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From the Motor Sport Archive
Deadly dull for Monza
Monza, Italy, September 10th.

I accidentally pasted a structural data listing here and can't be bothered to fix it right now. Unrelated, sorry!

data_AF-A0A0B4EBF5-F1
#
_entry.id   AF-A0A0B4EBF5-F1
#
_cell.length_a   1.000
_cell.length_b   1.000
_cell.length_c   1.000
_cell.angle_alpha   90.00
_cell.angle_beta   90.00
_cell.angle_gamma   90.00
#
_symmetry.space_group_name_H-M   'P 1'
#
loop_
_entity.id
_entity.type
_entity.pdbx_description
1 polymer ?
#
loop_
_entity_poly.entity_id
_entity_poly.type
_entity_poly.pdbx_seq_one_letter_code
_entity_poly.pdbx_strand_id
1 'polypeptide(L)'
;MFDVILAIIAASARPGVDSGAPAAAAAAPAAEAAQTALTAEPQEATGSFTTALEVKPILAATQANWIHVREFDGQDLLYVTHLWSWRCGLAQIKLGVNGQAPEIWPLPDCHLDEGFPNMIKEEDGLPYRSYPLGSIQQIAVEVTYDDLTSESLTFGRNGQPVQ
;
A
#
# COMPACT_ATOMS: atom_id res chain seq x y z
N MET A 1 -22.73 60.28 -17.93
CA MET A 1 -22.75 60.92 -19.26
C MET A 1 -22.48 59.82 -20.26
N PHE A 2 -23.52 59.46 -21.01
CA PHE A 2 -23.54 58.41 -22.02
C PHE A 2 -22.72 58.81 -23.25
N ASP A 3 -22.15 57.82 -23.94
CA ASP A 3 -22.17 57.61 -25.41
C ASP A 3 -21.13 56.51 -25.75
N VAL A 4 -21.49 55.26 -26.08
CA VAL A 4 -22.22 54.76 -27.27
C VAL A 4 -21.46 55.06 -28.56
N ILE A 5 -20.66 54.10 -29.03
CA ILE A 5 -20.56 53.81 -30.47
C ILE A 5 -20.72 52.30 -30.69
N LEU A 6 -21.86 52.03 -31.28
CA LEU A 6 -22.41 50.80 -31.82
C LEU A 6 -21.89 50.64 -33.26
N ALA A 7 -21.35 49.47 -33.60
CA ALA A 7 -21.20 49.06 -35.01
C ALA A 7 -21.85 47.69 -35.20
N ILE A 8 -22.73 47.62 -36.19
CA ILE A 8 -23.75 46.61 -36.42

As reported last month in Continental Notes the Monza circuit was slowed down by the introduction of two chicanes so that when the teams began testing and practising for the 43rd Italian Grand Prix there was quite a lot to learn. The wide track in front of the pits was divided in two by a line of rubber cones which kept the cars in the right-hand lane, close to the pits, and this led them towards the entrance to the banked speed track, as they used to run when the combined road and track circuit was used. At the end of the Trade pits they had to brake really hard in a straight line, from about 150 m.p.h. and change down to 2nd gear and do an ess to the left through an opening in an Armco barrier wall that was wide enough for only one car. This took them over to the left side of the wide pits straight just where it divided between road circuit and banked track, and the cars then accelerated up through the gears and into fifth gear as they rounded the Curva Grande. The central Armco wall was built onto two concrete plinths, with bevelled edges to form curbs through the chicane, and if anyone overshot on braking he went straight on towards the beginning of the banking until he stopped and was then let out through a gate by a marshal, when the course was clear, to join the road circuit after the chicane. If a car suffered complete brake failure it would hit a wall of straw bales across the banked track and if it burst through them it could coast round the banking until it came to rest. The result of this layout meant that the drivers could brake to the maximum from quite high speed, and if they overdid it there was plenty of escape room.